Medicaid DSH cuts: CMS urged to release 97th percentile hospital list ASAP

America's Essential Hospitals has called on CMS to release the list of hospitals serving the highest percentage of low-income patients so those facilities are aware of their exception from the agency's final rule that will cut Medicaid disproportionate share hospital payments by $32 billion over the next four fiscal years. 

The final rule, published Feb. 21, will reduce Medicaid DSH payments by $8 billion a year. The cuts begin in fiscal year 2024 — which began Oct. 1, 2023 — and run through 2027.

The legislation does not apply to safety-net hospitals serving the highest percentage of low-income patients. CMS said that hospitals in and above the 97th percentile of inpatient days comprising patients who are entitled to Medicare Part A benefits and Supplemental Security Income benefits are exempt. 

"We call on CMS to release the 97th percentile lists for 2022, 2023 and 2024 as soon as possible," Julie Kozminski, policy manager for America's Essential Hospitals, said in a statement shared with Becker's. "Our members need to know their exception status and potential liability for repayments — any further delay will hamper their ability to plan for and deliver patient care."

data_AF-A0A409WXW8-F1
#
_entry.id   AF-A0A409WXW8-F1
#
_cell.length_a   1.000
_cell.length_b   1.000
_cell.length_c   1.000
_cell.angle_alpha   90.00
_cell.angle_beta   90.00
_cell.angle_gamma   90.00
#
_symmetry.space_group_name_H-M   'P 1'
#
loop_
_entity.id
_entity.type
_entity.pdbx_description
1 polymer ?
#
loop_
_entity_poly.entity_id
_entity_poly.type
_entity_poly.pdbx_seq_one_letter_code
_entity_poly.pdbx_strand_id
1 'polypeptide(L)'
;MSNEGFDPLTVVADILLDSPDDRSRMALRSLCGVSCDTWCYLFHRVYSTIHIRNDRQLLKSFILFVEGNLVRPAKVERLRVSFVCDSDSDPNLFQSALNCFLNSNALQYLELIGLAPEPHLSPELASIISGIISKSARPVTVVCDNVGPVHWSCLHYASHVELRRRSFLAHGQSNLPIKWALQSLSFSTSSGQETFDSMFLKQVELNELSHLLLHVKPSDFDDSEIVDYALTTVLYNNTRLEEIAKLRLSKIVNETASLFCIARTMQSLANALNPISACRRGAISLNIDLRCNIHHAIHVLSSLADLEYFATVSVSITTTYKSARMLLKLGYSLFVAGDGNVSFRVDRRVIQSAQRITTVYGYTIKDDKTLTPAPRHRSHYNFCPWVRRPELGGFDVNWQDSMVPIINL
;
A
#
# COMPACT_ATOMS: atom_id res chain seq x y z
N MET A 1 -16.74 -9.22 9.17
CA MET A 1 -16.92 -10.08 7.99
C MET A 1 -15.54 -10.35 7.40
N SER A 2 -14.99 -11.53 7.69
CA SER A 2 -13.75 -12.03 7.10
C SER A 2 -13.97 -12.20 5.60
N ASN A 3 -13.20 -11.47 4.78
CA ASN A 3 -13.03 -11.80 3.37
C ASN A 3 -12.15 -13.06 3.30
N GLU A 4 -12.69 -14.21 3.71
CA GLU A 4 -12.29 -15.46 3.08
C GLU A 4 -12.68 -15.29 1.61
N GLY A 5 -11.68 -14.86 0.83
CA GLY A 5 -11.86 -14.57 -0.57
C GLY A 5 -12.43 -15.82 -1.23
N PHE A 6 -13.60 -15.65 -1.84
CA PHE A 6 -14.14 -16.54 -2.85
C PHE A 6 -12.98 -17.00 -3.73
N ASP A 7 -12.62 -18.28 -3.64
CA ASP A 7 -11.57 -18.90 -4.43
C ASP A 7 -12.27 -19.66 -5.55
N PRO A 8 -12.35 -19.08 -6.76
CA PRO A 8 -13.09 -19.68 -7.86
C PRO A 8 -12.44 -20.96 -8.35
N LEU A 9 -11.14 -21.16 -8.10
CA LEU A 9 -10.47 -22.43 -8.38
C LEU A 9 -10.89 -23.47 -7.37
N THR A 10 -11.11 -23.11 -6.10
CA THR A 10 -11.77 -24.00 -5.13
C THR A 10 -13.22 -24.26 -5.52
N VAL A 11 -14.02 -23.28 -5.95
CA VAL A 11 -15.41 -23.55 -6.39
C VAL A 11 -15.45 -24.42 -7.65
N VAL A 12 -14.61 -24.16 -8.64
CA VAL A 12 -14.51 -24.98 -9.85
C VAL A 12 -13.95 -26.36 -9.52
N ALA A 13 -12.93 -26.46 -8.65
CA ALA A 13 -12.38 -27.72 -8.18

America's Essential Hospitals said that it is also disappointed that CMS did not include all hospitals in the calculation, "only those that submit cost reports, which will lower the number that qualify for the exception."

The American Hospital Association has also voiced its concern about the effect that DSH cuts will have on hospital finances.

"This policy was based in-part on the flawed notion that hospitals receive the entirety of a Medicare or Medicaid payment rate when in reality most state Medicaid programs pay less than that," Ben Finder, AHA's vice president of coverage policy, said in a statement provided to Becker's. "That means that many hospitals are not compensated fully for care provided to patients dually eligible for Medicare and Medicaid and this policy would reduce their ability to offset those cuts and potentially create additional financial strain at a time when many hospitals are already struggling."

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